Sunday, July 09, 2006

FolderShare Beta: A Windows Live Service

I. The Problem

I have been using a notebook and a desktop simultaneously since junior high school. There are a number of problems facing someone who uses more than one computer regularly--problems now compounded by the fact that I have a computer at work, too. The majority of the problems I've faced have to do with keeping files, settings, e-mails, IM logs, appointments, contacts, and favorites synchronized.

There have been plenty of ways to keep things synchronized. Various Windows operating systems have used "Briefcases," which is basically a file folder that you move from one computer to the next and update as you go. The problem with this solution is that you need to manually move that filing cabinet from computer to computer, and at the time Briefcase files were popular, you were basically limited to floppy disks or zip disks. This quickly proved too cumbersome.

Up until now, I have been using Advanced Directory Comparison and Synchronization, a synchronization program made by HeatSoft Corporation []. With this program, you could compare two directories on two different computers and the program did a great job of picking which files on which side to synchronize. The program has fantastic advanced features.

One of the major problems with ADCS, however, is that if there is an error, the file on the computer being overwritten completely disappears. This glitch, combined with and an inadvertent mistake upon my part, wiped out 8 years of e-mail archives. ADCS still has a lot of good uses, but the biggest limitation is that the two computers need to be on the same local area network, which means that if you're on the road or anywhere away from your house, you can't synchronize anything.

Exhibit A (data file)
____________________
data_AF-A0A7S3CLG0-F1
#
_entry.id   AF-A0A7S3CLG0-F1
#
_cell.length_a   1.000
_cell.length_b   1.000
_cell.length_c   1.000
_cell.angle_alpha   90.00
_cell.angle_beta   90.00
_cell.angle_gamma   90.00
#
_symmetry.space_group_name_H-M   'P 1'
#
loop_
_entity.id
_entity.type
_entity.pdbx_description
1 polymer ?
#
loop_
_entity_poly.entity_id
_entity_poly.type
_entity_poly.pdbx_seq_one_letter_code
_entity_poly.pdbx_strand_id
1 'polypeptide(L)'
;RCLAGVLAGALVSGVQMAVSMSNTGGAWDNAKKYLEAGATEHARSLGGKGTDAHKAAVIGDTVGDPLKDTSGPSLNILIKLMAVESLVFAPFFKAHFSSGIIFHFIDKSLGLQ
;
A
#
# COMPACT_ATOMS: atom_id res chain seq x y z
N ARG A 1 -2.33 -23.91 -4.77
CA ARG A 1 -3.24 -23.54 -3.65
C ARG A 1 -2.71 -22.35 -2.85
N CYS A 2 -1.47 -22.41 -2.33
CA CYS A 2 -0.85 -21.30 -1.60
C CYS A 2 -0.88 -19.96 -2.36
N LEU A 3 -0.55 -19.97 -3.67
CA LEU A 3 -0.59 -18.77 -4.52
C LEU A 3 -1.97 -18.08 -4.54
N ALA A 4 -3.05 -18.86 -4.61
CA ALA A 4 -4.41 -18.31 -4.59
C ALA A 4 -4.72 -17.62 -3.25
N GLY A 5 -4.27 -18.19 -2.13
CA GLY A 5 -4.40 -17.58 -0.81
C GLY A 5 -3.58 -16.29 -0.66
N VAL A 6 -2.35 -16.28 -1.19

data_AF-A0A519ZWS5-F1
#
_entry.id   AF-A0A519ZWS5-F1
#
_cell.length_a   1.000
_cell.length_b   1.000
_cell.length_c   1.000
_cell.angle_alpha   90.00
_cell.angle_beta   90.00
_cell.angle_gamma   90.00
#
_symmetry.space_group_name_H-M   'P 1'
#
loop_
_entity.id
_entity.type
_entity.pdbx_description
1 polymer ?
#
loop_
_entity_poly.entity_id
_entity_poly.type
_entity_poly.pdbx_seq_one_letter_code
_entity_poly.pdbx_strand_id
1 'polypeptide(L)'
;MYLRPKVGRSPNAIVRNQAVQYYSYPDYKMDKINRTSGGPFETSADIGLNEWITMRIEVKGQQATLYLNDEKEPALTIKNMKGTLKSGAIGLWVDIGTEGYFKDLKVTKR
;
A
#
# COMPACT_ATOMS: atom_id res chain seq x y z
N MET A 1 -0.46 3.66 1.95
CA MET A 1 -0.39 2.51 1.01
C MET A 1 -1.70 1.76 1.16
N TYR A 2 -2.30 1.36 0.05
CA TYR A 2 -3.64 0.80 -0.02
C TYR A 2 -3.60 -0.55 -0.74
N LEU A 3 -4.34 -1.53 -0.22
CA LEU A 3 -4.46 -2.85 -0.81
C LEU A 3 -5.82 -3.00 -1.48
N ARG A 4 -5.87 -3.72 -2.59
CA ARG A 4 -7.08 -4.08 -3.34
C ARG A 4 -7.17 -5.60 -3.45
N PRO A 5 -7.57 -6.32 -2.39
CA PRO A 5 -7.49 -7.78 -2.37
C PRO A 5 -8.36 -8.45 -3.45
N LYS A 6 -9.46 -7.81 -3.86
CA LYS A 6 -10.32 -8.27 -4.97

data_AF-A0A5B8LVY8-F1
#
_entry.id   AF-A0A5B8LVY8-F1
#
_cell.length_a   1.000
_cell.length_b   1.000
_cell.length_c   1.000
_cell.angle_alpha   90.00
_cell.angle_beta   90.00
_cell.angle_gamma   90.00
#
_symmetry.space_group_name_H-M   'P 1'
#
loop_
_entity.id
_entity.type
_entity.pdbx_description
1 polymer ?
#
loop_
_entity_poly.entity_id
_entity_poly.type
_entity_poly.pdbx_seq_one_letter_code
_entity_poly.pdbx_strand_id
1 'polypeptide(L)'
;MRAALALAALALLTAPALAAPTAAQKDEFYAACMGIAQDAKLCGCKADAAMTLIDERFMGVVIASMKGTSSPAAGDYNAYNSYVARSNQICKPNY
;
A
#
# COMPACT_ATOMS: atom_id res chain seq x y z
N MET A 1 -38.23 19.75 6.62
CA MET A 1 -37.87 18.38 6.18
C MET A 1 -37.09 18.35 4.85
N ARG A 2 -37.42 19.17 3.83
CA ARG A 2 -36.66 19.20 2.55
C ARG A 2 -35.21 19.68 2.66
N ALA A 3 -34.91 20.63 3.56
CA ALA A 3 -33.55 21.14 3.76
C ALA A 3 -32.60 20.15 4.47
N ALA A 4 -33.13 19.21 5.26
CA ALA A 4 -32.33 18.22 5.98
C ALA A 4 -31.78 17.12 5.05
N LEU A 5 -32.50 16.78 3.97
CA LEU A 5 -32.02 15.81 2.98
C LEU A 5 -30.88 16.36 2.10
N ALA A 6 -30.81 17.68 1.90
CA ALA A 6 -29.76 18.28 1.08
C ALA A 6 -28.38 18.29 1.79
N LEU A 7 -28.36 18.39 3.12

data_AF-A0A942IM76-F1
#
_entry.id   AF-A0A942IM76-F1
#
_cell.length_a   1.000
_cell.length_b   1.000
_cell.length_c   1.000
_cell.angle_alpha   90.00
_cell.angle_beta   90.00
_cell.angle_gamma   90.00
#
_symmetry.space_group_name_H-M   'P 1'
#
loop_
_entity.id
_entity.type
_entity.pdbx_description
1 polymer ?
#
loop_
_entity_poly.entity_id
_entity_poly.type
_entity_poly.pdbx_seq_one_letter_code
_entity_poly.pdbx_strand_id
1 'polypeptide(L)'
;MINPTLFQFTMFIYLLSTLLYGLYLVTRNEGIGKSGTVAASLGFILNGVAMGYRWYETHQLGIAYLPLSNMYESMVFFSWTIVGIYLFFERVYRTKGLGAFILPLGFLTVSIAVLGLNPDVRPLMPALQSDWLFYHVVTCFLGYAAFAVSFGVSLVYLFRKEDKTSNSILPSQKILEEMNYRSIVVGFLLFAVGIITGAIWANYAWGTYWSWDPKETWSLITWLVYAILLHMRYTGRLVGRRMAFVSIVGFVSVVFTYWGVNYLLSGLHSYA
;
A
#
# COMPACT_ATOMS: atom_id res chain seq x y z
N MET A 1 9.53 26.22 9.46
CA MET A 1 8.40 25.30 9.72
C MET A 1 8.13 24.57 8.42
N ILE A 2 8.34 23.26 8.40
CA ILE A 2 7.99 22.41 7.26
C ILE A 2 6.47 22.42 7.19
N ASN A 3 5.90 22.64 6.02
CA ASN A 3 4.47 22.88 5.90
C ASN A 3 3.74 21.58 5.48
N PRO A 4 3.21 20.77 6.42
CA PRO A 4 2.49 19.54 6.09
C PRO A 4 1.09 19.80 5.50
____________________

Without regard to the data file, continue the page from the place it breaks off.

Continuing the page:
I have tried to use Microsoft's quietly introduced synchronization program called SyncToy 1.2 for Windows XP, which has a slick interface, but suffers the same limitations as ADCS. Obviously, SyncToy is free, which is better than ADCS, which costs around 30 bucks.

II. A Two Prong Solution

Solutions are always best introduced by explaining exactly what you want, and then working backwards to show how the solution fits (or does not fit) the ideal. Ideally, what I want is to have my e-mail, IM logs, contacts, appointments, documents, and settings to be synchronized in real-time upon any computer of my choosing via the internet or LAN. In trying to meet this goal, I have employed a two prong solution, which I am very happy with.

First, e-mail, contacts, and appointments need to be dealt with separately. I have begun using Microsoft's Outlook Live, which is a suped up MAPI e-mail account that synchronizes Outlook clients on as many computers as you want and also gives you decent webmail access to up to 2.0GB of information. I have used this service for about five months now, and I will be posting a review shortly.

Microsoft's new "Live" services are really catchy. Navigate to and take a look at the almost two dozen different services now offered by Microsoft. A number of them are quite innovative, including Microsoft Office Live Beta, Windows Live Mail Desktop Beta, Windows Live Mail Beta, and Windows Live Favorites. Now I will be the first to admit that Microsoft usually puts itself on the line by releasing uncooked programs, ones that have missing features or features that do not work properly. However, despite this drawback, I think it is great that I have access to these kinds of programs now, rather than later. Know why? It is because I now have a lead time, which gives me time to think over these new services and understand how they may fit into my daily life and possibly replace older technology. This is in steep contrast to the wait and see approach of Apple, which releases well crafted, well designed products -- three or four years late.

III. FolderShare Beta